"An incisive observation brilliantly executed"
by Jill Lawrie for remotegoat on 26/01/19

Currently touring the UK is Yasmina Reza’s theatrical treat “Art”. It premiered in London in 1996 with the West End cast being Albert Finney, Tom Courtenay and Ken Stott. This blisteringly funny play full of sophisticated, shrewd satire has lost none of its appeal and this time around stars Denis Lawson (Marc), Stephen Tompkinson (Yvan) and Nigel Havers reprising his role as Serge from the original touring production.

Reza is something of a mystery, her father a Jewish Iranian, her mother a Hungarian violinist and she an elegant Parisienne. Her incisive observations and abrasive character exposures are phenomenal both in this play and another of her successful works “God of Carnage”.

This 3-hander centres around a plain white modernist painting bought for an exorbitant sum by suave, divorced dermatologist Serge. His snobbish friend Marc, an aeronautical engineer with more classical taste, is unmoved by this purchase referring to the canvas in extremely derogatory terms. While the professionally unsuccessful Yvan to some extent goes along with the pretence of being impressed by the acquisition despite being sorely upset and severely stressed with his own pre-nuptial tensions even admitting to paying for therapy sessions. Despite their 25-year friendship, as the dialogue flows and the tempo hots up, such discord unravels it threatens to destroy their long-term friendship and finally culminates in the pivotal painting being defaced with a blue felt tip marker!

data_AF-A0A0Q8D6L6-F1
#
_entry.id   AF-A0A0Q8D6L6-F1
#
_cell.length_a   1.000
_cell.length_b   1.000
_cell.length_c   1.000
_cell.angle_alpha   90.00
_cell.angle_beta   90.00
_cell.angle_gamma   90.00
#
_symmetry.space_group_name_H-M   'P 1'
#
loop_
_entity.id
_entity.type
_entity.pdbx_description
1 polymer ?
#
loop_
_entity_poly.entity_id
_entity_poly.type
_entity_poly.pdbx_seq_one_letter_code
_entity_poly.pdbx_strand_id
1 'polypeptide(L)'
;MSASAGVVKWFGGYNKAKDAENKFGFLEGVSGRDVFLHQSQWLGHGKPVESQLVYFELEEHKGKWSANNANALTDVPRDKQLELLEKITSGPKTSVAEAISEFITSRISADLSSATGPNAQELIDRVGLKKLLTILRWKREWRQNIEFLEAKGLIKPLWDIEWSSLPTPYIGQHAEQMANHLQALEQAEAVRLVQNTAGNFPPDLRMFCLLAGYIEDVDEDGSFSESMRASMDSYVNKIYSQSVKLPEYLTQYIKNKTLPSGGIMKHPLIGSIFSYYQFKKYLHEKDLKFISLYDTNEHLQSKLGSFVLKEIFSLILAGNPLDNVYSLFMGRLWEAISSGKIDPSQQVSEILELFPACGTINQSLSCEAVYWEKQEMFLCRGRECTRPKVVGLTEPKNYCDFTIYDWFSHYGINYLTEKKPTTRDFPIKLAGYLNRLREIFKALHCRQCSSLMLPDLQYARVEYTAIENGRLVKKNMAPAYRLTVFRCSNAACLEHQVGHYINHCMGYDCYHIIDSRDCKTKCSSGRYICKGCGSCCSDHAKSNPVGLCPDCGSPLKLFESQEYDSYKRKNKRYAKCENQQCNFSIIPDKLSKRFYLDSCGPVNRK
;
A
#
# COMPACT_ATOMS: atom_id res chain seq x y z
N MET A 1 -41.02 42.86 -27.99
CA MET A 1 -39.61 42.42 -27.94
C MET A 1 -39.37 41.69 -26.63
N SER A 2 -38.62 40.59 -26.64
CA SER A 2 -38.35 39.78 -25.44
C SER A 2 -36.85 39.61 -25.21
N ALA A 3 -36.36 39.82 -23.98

Leading TV actor Nigel Havers needs no introduction as he effortlessly revisits the role of the affluent poseur Serge. Straight forward talking Marc is played to perfection by Denis Lawson whose many TV/film credits include “New Tricks”, “Holby City” and “Inside No 9”. Stephen Tompkinson is positively outstanding as Yvan, his verbal dexterity throughout a prolonged emotional monologue is quite breathtaking.

The magnetic chemistry between this threesome is palpable as criticism and slander turn to scuffles and tears, masterfully delivered character interaction by a trio in top form. What begins as a discussion on modern art rapidly degenerates as war breaks out leading to much colourful language and dynamic wit, all shot through with biting humour.

Comes highly recommended ~ you will not be disappointed.

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